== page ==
On DS2, the third major label album from Atlanta's Future, the rapper makes things clear from the outset: "I just f---ed your bitch in some Gucci flip-flops," he announces on opener "Thought It Was a Drought." He then admits to drinking so much codeine-laced "dirty Sprite" that it colors his urine, declaring, "Bitch, I'm a choose the dirty over you/ You know I ain't scared to lose you." There's no civility to be found here. A year after splitting from singer Ciara, his ex-fiancee/son's mother with whom he's still publicly feuding, Future is defiantly marking his allegiances -- and they're not to any genteel sensibilities. DS2 is a heavy dose of medication as entertainment, and it's not for those with a low tolerance.
DS2 is short for Dirty Sprite 2, his 2011 breakthrough mixtape, but it's not a sequel as much a course correction. Future's first two studio albums -- 2012's Pluto and last year's Honest, recorded during his courtship of Ciara -- were thick with A-list guests and songs that vied for crossover success, pushing shiny, happy roles he played well but never quite relished. He even released a gleaming love song ("Real and True") with Miley Cyrus in 2013. But now? "Tried to make me a pop star and they made me a monster," he rhymes on "I Serve the Base," a droning oath of fealty to street life. "They should a told you I was just a trap n----."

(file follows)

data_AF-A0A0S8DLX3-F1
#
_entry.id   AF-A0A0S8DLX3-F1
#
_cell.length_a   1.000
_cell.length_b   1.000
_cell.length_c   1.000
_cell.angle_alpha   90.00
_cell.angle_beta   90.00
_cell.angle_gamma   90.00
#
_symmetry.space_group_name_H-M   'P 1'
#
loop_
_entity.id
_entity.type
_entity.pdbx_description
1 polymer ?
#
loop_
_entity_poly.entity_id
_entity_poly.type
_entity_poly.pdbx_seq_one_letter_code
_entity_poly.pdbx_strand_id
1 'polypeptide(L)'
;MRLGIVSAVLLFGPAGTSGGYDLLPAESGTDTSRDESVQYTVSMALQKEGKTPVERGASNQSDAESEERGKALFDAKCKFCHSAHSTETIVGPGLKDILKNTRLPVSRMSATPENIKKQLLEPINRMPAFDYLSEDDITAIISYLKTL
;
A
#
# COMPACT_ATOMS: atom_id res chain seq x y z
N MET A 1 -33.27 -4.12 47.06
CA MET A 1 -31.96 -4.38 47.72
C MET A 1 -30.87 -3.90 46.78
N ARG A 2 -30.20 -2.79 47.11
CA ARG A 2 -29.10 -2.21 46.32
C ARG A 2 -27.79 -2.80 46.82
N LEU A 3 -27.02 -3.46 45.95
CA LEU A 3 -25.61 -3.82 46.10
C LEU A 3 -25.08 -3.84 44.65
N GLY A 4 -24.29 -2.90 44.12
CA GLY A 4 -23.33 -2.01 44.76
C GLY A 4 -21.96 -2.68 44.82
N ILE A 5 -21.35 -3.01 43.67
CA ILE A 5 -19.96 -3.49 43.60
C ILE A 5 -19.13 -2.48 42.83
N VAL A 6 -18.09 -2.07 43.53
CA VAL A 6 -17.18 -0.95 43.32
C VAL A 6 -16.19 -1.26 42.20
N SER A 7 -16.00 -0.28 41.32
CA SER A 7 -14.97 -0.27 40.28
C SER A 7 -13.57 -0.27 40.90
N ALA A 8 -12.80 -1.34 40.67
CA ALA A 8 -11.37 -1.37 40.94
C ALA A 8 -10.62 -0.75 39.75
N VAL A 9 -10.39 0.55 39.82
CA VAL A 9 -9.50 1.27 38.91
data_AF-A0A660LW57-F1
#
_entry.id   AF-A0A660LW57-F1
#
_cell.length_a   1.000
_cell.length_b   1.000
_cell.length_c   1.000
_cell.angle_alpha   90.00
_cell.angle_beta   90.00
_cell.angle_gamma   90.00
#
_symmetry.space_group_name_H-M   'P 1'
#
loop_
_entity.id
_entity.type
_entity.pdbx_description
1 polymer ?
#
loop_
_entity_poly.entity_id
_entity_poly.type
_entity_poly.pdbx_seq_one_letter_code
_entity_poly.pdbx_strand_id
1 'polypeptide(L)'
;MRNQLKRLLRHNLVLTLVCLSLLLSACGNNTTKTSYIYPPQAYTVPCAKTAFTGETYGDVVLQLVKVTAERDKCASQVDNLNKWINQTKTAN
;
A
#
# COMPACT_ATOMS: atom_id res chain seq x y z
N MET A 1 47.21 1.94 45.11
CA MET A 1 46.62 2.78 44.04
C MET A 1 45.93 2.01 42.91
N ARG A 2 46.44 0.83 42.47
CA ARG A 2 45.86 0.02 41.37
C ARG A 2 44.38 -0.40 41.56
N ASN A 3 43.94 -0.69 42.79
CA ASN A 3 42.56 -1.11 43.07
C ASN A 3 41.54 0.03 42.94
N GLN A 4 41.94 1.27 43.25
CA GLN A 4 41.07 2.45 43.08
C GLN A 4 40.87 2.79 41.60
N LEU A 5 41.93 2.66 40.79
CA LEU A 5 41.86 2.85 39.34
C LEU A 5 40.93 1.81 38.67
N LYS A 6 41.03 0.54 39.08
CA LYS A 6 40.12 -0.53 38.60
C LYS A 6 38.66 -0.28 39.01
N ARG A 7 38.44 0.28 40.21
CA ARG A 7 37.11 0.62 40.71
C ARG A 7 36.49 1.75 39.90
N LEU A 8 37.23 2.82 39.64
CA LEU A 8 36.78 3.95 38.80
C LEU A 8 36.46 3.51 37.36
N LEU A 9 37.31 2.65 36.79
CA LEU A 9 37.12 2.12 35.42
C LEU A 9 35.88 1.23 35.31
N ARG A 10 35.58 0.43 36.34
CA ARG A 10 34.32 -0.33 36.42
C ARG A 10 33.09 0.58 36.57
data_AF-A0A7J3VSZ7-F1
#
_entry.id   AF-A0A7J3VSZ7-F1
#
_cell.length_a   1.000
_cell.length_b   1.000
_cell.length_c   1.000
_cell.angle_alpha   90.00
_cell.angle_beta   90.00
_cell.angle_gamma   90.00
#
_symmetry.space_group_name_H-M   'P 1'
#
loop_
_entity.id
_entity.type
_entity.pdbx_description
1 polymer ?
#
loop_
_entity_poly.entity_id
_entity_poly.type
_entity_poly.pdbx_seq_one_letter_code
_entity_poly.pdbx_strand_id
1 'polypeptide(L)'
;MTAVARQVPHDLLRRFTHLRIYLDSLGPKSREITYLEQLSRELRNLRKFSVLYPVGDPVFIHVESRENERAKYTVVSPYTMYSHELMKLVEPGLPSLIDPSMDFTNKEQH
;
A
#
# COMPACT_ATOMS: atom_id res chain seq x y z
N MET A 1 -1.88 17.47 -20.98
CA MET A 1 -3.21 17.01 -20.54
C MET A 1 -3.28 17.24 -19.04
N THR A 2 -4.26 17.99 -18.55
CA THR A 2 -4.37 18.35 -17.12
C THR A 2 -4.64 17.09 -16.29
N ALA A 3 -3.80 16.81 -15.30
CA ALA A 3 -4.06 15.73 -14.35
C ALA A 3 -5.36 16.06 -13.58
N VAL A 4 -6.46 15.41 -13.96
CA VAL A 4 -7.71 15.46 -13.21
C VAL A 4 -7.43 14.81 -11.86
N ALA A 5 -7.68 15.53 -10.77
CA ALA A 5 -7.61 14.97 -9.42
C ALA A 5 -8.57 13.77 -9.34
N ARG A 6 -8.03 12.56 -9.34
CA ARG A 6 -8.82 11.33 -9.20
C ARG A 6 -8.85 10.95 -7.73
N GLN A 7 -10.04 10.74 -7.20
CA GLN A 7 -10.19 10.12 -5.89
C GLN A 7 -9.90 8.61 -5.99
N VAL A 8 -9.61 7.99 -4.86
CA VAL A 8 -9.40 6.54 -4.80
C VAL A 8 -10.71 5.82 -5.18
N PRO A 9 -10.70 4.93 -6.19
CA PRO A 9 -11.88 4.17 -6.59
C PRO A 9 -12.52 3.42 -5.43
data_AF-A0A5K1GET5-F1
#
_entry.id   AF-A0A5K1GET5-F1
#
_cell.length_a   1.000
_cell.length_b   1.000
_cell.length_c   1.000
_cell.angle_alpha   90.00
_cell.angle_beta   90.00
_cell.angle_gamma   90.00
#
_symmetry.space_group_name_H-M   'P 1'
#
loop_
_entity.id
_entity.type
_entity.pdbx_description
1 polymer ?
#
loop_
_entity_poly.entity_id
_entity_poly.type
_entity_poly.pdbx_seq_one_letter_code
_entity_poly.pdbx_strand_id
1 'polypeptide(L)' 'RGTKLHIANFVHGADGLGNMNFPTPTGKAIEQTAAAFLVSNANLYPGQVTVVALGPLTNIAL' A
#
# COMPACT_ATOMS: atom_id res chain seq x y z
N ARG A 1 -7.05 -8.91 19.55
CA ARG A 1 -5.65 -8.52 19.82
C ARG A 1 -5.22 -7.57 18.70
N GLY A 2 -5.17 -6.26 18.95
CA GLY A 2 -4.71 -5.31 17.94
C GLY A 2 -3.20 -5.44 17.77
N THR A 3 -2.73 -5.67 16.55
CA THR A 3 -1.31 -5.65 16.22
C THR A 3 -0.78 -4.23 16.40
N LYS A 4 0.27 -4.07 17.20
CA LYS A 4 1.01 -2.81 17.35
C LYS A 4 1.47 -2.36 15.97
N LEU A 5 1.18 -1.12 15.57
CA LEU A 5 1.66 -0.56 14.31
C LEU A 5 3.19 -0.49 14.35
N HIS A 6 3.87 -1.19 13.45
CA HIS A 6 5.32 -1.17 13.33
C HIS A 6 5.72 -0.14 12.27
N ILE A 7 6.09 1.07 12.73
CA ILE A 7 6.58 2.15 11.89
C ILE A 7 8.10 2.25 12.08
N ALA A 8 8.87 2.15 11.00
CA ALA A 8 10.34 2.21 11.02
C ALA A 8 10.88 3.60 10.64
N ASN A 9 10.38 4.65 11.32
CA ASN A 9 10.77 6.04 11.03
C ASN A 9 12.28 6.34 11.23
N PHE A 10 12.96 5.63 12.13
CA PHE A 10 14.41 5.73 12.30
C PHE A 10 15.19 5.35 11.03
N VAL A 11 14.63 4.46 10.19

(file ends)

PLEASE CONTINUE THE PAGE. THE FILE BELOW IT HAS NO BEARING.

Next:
In the past few years, Future has become one of the most influential, recognizable voices in rap, singing hooks for Lil Wayne and Nicki Minaj and paving the way for artists like Fetty Wap with his starry-eyed, Auto-Tuned warbling. But here, following the lead of his recent mixtapes (Monster, Beast Mode and 56 Nights), Future retreats back into lean-filled Styrofoam cups, eschewing pop duets and focusing on internal monologues of regret, ultra-conspicuous consumption and a grinding work ethic. Future's delivery, which drunkenly swings in the dark spaces between Meek Mill's urgent yelp and The Weeknd's forlorn balladry, is put to discomforting effect.